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For shrubs, roses, fruit trees, and ornamental grasses: prune in late winter, around mid-February. What you want to be careful on trees is that you don't prune them so late that you prune out the flowering and fruiting buds.
An important thing to know when you're pruning is the growth habit of your plant. If it's an evergreen, prune in the dormant season before they start putting on new growth. This is an excellent time to shape your shrubs or bring back their height. Give them a heavier pruning now and then maintain it throughout the year.
If they are terribly overgrown, only cut them back a few feet. Let them grow new leaves, then cut them back again. This can be a lengthy process for shrubs that have been neglected for a long time.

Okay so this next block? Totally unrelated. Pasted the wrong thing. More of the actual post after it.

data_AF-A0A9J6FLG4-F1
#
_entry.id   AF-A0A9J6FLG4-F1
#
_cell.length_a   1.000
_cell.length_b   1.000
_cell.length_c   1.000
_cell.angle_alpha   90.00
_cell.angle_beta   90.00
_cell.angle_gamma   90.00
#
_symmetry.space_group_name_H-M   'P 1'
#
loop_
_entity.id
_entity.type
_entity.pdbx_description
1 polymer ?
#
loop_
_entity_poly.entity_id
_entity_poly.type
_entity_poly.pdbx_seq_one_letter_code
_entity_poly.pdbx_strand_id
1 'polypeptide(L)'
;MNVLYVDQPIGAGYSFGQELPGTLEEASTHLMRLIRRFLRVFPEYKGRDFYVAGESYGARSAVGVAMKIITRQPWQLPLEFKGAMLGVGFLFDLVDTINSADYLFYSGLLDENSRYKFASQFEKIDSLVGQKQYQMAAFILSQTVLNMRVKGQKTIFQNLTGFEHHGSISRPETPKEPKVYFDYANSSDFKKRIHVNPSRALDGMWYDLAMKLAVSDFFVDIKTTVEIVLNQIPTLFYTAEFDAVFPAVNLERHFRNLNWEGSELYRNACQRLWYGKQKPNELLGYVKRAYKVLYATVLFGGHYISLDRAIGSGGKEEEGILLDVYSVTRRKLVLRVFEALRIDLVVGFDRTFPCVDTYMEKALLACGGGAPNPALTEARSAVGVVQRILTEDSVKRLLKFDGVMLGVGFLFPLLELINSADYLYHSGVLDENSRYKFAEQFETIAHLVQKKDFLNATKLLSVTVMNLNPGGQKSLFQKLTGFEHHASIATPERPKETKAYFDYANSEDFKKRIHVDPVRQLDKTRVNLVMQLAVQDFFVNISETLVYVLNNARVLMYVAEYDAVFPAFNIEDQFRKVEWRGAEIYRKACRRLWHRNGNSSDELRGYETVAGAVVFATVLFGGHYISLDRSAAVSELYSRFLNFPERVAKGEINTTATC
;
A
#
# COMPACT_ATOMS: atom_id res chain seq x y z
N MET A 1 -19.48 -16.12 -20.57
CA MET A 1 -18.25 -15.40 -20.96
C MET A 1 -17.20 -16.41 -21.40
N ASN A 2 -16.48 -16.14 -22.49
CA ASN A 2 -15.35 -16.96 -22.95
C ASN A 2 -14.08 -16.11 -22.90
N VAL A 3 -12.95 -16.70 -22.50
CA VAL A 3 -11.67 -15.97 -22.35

Deciduous non-flowering trees and shrubs: you can prune those in the late winter as well.
For things like root-hardy shrubs you want to look for new growth. A good example of this is lantana. When you start to see the new growth come up from the ground, the nice green tissue, then you can prune off everything that's above ground.
Prune spring-flowering trees, shrubs, and roses after they flower to promote new growth and buds for next year.
Pruning stimulates growth. So think about when you want you plant to grow. In late fall as plants are going dormant, you don't want to encourage new growth.